Cheers!
Cheers!

It is so exciting to be part of the HAPS leadership.  I could go on and on, but I know when it’s time to stop and take a breath.  If you have any questions about the HAPS leadership, feel free to email me at TLehman@HAPSConnect.org.  Meanwhile, keep your eyes peeled for the next entry in this blog.  Next week, I’ll tell you about two gentlemen who are doing incredible things with test questions.

HAPS Poker Walk: fun and merriment for a good cause

Among my duties as President-elect of HAPS was to organize and oversee the yearly 5K fun run/walk that is held during the Annual Conference. This event was developed a few years ago as a way to raise monies for the HAPS Foundation, and for our members to have an opportunity to socialize and get some exercise at the same time. (For those of you not familiar with the Foundation: the HAPS Foundation was established to manage funds that may be used to advance current and future HAPS projects, such as the HAPS-Institute and the Learning Outcomes Project. The Foundation also provides money for scholarships and awards to our members.)

Look at all the registrants for the HAPS Poker Walk!
Look at all the registrants for the HAPS Poker Walk!

Since this year’s meeting was in Las Vegas (which typically has temps of 100+ degrees at this time of year), we were concerned about having a regular run and potentially killing off our members. (As a general rule in organizations, it is not a good idea to cause bodily harm to your membership.) 🙂 Our current President Dee Silverthorn suggested we hold a Poker Walk instead, so members would not get overheated.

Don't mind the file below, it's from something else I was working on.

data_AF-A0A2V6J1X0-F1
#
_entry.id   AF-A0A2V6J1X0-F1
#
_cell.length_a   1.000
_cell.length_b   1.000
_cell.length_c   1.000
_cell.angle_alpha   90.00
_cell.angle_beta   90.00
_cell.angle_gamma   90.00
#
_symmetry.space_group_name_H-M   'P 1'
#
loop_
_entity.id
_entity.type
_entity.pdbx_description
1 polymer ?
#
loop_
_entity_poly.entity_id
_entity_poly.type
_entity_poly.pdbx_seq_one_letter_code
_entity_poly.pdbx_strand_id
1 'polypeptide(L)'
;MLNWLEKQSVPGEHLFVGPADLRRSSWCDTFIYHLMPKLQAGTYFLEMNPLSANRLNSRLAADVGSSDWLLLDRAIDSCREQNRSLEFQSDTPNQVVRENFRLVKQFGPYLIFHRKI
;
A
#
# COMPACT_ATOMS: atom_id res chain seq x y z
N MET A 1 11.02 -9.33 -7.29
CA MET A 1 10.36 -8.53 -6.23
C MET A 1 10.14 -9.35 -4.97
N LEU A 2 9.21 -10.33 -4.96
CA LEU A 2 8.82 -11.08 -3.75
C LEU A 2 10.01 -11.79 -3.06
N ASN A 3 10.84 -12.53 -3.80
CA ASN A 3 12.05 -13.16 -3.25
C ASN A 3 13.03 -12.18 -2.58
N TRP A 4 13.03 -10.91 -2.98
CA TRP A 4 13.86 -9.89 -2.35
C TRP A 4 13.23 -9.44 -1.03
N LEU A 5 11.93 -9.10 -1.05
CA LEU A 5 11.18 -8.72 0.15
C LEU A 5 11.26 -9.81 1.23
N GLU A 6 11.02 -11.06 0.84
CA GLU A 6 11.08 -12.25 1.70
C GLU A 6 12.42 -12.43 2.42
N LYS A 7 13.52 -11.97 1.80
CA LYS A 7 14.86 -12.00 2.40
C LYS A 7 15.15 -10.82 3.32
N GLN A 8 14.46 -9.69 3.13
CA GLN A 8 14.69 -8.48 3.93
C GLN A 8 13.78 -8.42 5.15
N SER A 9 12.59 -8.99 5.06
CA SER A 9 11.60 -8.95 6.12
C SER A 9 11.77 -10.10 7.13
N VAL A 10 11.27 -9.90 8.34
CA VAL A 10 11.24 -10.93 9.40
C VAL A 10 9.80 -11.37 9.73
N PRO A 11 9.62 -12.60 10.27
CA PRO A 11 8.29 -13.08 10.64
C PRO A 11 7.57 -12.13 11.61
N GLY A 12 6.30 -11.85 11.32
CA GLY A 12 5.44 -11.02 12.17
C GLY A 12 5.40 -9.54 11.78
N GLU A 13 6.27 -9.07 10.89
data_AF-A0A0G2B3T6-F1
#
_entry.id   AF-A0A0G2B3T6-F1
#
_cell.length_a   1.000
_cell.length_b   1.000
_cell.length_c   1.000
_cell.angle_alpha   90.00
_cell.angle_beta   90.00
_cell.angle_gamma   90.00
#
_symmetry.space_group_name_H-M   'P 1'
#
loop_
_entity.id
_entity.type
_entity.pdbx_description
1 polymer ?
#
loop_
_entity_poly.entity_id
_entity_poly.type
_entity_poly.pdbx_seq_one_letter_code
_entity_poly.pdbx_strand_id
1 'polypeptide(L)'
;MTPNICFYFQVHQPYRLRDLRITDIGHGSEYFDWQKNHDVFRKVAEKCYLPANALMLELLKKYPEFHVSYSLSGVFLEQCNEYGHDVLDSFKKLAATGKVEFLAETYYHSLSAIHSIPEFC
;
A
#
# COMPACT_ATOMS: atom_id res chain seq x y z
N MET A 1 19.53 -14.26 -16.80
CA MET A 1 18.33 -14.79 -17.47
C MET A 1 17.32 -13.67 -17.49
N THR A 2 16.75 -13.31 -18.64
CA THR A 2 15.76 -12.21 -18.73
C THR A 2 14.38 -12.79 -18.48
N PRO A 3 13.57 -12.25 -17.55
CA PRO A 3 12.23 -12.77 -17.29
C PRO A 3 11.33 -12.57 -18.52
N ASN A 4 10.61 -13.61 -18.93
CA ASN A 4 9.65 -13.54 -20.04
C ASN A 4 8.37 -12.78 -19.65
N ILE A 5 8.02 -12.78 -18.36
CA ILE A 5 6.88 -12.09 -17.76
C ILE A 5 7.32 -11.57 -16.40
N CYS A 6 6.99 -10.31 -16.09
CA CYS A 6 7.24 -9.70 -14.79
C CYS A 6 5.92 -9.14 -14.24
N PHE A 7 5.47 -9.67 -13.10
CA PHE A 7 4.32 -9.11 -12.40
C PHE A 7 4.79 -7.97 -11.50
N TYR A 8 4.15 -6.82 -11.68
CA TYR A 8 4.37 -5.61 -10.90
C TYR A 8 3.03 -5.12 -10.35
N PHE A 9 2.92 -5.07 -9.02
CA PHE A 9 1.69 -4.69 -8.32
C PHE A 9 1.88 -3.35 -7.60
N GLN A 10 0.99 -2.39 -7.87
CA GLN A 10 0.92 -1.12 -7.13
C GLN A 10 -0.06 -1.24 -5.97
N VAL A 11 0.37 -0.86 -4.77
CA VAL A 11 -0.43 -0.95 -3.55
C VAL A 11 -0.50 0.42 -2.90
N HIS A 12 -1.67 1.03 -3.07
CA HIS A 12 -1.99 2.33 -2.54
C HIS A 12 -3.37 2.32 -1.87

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All types of participants came to walk this year. 🙂

What is a Poker Walk, you ask? Some more official rules may be found here, but a nice summary is that it is part walk, part scavenger hunt, topped off with a hand of poker. Participants start off at a central location and receive a poker chip and a clue to their next destination. They walk to the next destination where they will get another poker chip and a clue to the third destination. This repeats until the participants have collected 4 chips, and they return to the starting point. There they exchange their chips for a 5-card draw poker hand. For an additional donation, they may exchange one of their cards. The best poker hand(s) win prizes.

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Poker Walk volunteers dance away for participants at the first destination.

I was assisted in the planning of this event by Tom Lehman (Steering Committee chair and new President-Elect) and Bob Crocker (co-chair, Foundation Oversight Committee). The three of us were able to address various challenges in the planning and eventually came up with a route that wasn’t too terribly long and had easily identifiable landmarks. Multiple volunteers from the board, steering committee and membership got up extra early on Monday morning so they could staff the various locations. McGraw-Hill graciously donated water bottles to all participants and the annual conference committee had a variety of prizes to give both before and after the event.

But the big question remained…. Would people get up early on Monday to participate in a walk at 7am? The answer was yes! We had over 60 people participate and engage in the fun. Volunteers at each station entertained the participants, and our final station dealt poker hands like card sharks. The annual conference committee had many prizes on hand so many participants walked away with a prize. Many people commented that they had a great time and would like to so this again. So next year, when our annual conference is in Jacksonville, be prepared for another similar event. While the event may not be a poker walk per se, it will be something that is fun, gets us moving, and helps the HAPS Foundation.